Sorry, Zuck: AR & VR won’t replace TVs or phones

by Balaji Krishnan

Originally published April 30 on VentureBeat

Last month’s F8 conference is still generating a boatload of excitement, especially over CEO Mark Zuckerberg’s vision of an era without smartphones or televisions. While Zuck is right to believe AR and VR will have an important place in tomorrow’s ecosystem, he may be missing where their replacement value will be. Even worse (and this is uniquely ironic, coming from the world’s largest social network), Facebook is completely missing the intrinsic social need that drives adoption of most high tech products.

The numbers behind virtual reality don’t add up

Zuckerberg hinted at his vision for a post-iPhone, post-TV future by unveiling Facebook’s plans for augmented reality at F8 and was even more explicit in an interview with USA Today, saying, “We don’t need a physical TV. We can buy a $1 app ‘TV’ and put it on the wall and watch it.”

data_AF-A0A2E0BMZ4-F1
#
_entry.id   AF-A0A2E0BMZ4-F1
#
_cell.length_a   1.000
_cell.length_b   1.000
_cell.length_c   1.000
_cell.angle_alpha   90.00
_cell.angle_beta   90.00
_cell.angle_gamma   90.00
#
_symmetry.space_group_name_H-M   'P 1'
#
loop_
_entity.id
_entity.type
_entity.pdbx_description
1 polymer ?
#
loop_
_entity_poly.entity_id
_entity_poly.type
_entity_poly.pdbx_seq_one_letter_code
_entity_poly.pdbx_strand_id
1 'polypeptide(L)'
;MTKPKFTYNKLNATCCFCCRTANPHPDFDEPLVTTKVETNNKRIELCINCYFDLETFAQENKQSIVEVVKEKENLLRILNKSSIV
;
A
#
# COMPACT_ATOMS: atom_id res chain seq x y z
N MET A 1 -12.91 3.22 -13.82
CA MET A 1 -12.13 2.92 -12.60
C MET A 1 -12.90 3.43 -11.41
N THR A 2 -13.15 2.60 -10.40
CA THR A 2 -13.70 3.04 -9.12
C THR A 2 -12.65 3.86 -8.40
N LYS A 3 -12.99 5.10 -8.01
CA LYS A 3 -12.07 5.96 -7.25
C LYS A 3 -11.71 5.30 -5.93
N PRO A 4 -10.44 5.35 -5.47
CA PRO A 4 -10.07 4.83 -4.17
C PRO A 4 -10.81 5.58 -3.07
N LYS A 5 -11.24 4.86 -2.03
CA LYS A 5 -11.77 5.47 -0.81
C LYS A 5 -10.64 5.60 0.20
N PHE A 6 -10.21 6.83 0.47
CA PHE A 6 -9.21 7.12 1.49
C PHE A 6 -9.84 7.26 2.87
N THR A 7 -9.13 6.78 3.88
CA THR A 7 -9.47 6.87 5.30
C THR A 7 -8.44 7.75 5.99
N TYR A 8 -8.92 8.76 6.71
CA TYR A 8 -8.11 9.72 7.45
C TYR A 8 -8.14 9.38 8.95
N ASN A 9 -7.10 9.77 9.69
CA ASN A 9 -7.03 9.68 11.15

“We all want glasses or eventually contact lenses that look and feel normal but let us overlay all kinds of information and digital objects on top of the real world,” he explained at the keynote, which I was fortunate enough to attend. But while everyone in the audience around me nodded enthusiastically, I squirmed in my chair, resisting the urge to facepalm. There’s little to no evidence many people want augmented reality glasses (let alone contacts!), and copious evidence to the contrary. Consider:

To be sure, Samsung Gear VR, which uses Oculus technology, is doing fairly well. However, many of its 5 million+ shipped units were given away for free, and 5 million is still a fraction of the 100 million or so Samsung smartphones the headset was designed to work with. While Snapchat Spectacles attracted much initial buzz, it’s way too early to know if they actually attract mass market sales. (And being sunglasses, they are explicitly designed for a narrow range of use cases — mainly, while outside — and aren’t ready examples of the omnipresent AR glasses Zuckerberg describes.)